recipes of the day 04/18/04....san francisco food.

Discussion in 'Recipes' started by snorton938, Apr 17, 2004.

  1. snorton938

    snorton938 Founding Member

    Feb 5, 2004
    Likes Received:
    i'm going to san francisco (in cyberspace) to check out all the local's the first good one i've found:

    Catalan Seafood Stew (Romesco de Peix)
    For maximum flavor, cook the shrimp in their shells. If you prefer not to eat with your fingers, peel the shrimp first.

    1 1/2 tablespoons extra virgin olive oil

    1 pound halibut fillets, or other meaty white fish, in 4 equal pieces

    Sea salt and freshly ground black pepper to taste

    3/4 cup fish stock

    3/4 cup romesco sauce (see recipe)

    12 clams

    12 mussels

    8 medium prawns, peeled if desired

    2 tablespoons minced Italian parsley

    Heat the olive oil in a 12-inch skillet or large pot over moderately high heat. Season the fish fillets with salt and pepper. When the oil is hot, add the fish and sear on both sides, 1 to 2 minutes per side.

    Add the fish stock and romesco and stir gently to blend.

    Add the clams, cover and adjust heat so that the mixture simmers gently. Cook until the clams begin to open and the fish is almost done, 3 to 4 minutes, then add the mussels and prawns. Cover and continue cooking until the mussels open and the prawns and fish are cooked, about 2 minutes longer. Taste and adjust the seasoning.

    Divide among warmed bowls and garnish each serving with parsley.

    Serves 4

    Cesar's Romesco Sauce

    1/4 cup hazelnuts

    1/4 cup almonds

    2 dried ñora chiles, stemmed and seeded

    1/4 cup small hand-torn pieces day-old baguette

    1/3 cup piquillo peppers, seeds removed (see Note)

    1 small garlic clove

    1 1/4 teaspoons paprika (preferably Spanish)

    1/4 teaspoon cayenne pepper

    1/2 teaspoon sugar

    6 tablespoons extra virgin olive oil

    1 1/2 teaspoons fresh lemon juice

    1/2 teaspoon sherry vinegar

    1/2 teaspoon red wine vinegar


    Preheat the oven to 350º. Roast the nuts separately until fragrant and lightly browned, 10 to 15 minutes. When cool, rub the hazelnuts to remove as much of the papery skin as possible.

    Pulse the nuts together in a food processor until they are a mix of powder and coarse pieces. Set aside.

    Put the chiles in a small saucepan with water just to cover. Bring to a simmer, adjust the heat to maintain a gentle simmer and cook 5 minutes. Let cool in the liquid. When cool, remove the chiles and add the bread to soak up the chile water.

    Using a food processor, blend the chiles, piquillo peppers, bread (minus any extra chile water), garlic, paprika, cayenne and sugar until smooth.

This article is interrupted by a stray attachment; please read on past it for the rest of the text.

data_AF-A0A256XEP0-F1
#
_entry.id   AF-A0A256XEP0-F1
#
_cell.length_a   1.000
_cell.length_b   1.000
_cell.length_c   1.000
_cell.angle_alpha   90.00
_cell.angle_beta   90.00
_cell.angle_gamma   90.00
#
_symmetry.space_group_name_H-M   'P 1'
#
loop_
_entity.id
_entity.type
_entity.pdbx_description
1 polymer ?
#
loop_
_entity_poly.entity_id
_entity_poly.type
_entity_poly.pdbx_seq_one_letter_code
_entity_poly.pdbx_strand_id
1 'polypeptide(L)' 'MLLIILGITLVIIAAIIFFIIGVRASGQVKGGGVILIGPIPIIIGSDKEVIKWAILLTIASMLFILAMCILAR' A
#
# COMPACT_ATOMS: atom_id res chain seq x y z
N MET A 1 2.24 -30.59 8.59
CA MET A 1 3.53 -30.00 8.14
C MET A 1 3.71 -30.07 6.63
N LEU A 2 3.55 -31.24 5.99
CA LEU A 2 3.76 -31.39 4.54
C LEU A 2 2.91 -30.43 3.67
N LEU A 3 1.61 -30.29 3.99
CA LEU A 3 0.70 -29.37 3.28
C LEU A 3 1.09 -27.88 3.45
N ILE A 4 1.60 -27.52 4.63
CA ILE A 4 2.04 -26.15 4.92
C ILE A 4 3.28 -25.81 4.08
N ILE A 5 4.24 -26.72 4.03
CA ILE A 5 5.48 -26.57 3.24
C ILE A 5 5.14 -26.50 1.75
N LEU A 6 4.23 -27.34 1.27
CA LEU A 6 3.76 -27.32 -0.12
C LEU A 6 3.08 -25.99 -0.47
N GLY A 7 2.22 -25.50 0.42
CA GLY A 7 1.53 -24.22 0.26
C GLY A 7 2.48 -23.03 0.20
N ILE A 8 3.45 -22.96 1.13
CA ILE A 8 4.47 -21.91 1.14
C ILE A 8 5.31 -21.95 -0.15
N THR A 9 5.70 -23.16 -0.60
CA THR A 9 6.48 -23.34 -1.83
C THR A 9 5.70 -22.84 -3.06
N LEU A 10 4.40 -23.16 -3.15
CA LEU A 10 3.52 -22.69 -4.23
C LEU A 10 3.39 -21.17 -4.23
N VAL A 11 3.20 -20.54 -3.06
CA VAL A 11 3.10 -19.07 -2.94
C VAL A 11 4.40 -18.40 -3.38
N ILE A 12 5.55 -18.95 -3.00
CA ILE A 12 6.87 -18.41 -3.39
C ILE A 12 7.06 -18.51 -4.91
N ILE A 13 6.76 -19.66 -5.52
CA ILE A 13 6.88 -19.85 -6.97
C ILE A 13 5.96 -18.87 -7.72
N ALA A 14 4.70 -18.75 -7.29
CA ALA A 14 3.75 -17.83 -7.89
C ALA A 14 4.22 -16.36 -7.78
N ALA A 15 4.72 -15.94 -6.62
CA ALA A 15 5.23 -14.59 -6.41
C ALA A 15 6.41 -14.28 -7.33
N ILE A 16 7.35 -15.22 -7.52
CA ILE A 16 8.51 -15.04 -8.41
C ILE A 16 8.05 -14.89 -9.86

With the machine running, add the olive oil, lemon juice and vinegars.

    Transfer to a bowl and fold in the nuts. Season to taste with salt. If necessary, thin with any remaining chile water or some of the liquid from the piquillo pepper jar.

    Yields about 1 cup
  2. Mr. Peabody

    Mr. Peabody Founding Member

    Dec 8, 2003
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    Since you are checking out SF, find some restaurants for me to try out. I'm going there next Saturday for about 5 days.
  3. snorton938

    snorton938 Founding Member

    Feb 5, 2004
    Likes Received:
    here they are: the good and the overrated restaurants of san francisco from a native new yorker who moved there so you know you are getting the straight lowdown:

    Good and Overrated San Francisco Restaurants

    I'm a native New Yorker (Manhattanite),
    living in SF for about a year so
    far. I've also lived all over the world,
    including Europe and Asia.

    I love SF, but find that the restaurants
    are consistently overrated by local critics
    and the general public, at least compared to
    restaurants in New York, Paris, Rome, etc.

    Here's a partial list of places I think
    really are good, which are overrated, and
    which are just not good.

    The Good:

    2223 Market - excellent California nouvelle

    Ankor Wat - excellent and somewhat authentic

    Bizou - fine and reasonably priced french
    bistro, down the block from Fringale and not

    Blue Elephant - Very cheap for dinner, good
    quality, authentic sauces, nice, clean modern
    space. For some reason, however, the service
    is exceedingly slow.

    Bruno's - often exquisite nouvelle
    california, almost too many ingredients at
    times, expensive

    Cha Cha Cha's - nice tapa-ish finger foods.
    Not really Spanish, but tasty. Quite rich,

    Chez Panise - lives up to its reputation

    Eric's Chinese Restaurant - everything's
    tasty in this low-priced Noe Valley eatery,
    but it all somehow tastes the same.

    French Laundry - very expensive nouvelle
    French in Napa. Worth it, but not completely

    Rose Pistola - fine seafood, very reasonably
    priced northern Italian-ish cooking